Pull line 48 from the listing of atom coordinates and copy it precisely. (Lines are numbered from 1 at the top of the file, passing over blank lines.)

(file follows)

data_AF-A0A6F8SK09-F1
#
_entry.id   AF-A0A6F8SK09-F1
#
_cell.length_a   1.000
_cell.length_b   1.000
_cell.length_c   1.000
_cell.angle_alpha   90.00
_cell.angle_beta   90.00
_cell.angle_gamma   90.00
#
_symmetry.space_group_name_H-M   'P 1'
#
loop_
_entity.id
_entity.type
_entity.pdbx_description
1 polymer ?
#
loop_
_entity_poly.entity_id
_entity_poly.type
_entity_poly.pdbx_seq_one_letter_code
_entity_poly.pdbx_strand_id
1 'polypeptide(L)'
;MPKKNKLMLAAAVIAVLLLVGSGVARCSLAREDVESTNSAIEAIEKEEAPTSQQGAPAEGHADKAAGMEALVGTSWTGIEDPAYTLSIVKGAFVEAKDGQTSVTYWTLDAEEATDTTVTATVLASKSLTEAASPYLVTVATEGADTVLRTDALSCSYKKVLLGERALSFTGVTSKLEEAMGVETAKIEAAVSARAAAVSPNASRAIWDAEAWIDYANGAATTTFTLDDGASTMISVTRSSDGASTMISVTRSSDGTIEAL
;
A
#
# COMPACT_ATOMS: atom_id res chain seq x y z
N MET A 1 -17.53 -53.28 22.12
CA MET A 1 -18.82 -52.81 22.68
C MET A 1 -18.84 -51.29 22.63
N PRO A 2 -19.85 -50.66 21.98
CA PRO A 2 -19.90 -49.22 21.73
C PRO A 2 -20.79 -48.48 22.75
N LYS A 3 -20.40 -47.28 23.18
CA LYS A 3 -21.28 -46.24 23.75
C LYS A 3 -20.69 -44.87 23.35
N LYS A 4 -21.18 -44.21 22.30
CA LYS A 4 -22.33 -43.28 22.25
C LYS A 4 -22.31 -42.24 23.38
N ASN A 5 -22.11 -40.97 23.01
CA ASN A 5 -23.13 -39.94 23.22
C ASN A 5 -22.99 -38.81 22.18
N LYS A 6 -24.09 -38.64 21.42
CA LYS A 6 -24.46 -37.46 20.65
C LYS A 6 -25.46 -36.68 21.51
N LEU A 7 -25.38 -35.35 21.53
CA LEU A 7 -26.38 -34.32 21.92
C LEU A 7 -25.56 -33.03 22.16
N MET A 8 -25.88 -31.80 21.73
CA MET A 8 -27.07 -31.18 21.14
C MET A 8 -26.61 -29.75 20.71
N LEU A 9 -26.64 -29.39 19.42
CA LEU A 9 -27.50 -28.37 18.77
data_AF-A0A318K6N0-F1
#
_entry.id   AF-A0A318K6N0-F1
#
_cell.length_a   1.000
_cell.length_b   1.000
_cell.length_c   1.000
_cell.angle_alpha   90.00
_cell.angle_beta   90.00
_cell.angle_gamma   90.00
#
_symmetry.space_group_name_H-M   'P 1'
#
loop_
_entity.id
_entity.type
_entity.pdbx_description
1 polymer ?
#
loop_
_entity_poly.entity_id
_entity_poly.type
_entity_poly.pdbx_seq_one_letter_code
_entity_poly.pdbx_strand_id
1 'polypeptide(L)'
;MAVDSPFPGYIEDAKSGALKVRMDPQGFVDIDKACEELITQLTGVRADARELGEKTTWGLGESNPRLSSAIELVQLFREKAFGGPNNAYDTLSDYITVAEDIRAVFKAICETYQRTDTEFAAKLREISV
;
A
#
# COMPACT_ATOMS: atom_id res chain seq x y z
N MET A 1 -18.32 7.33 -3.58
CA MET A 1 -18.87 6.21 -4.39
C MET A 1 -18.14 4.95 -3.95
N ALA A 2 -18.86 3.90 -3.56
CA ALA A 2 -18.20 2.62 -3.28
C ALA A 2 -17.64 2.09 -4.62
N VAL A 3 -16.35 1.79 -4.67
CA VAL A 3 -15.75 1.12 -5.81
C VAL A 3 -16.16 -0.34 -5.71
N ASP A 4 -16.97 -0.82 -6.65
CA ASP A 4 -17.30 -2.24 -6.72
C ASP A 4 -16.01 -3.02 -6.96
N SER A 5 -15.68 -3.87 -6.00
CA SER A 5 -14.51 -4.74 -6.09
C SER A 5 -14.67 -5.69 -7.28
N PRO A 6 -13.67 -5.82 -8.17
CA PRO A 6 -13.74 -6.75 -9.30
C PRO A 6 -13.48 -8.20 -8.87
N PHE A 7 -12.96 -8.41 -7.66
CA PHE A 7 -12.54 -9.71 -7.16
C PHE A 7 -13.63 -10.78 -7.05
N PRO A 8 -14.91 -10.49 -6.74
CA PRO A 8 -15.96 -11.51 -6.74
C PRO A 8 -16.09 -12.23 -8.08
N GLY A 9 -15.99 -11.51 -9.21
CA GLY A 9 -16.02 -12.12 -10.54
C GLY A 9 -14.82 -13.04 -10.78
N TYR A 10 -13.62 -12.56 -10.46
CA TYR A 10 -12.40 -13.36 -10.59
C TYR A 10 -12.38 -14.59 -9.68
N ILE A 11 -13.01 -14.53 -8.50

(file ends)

C LYS A 6 -25.46 -36.68 21.51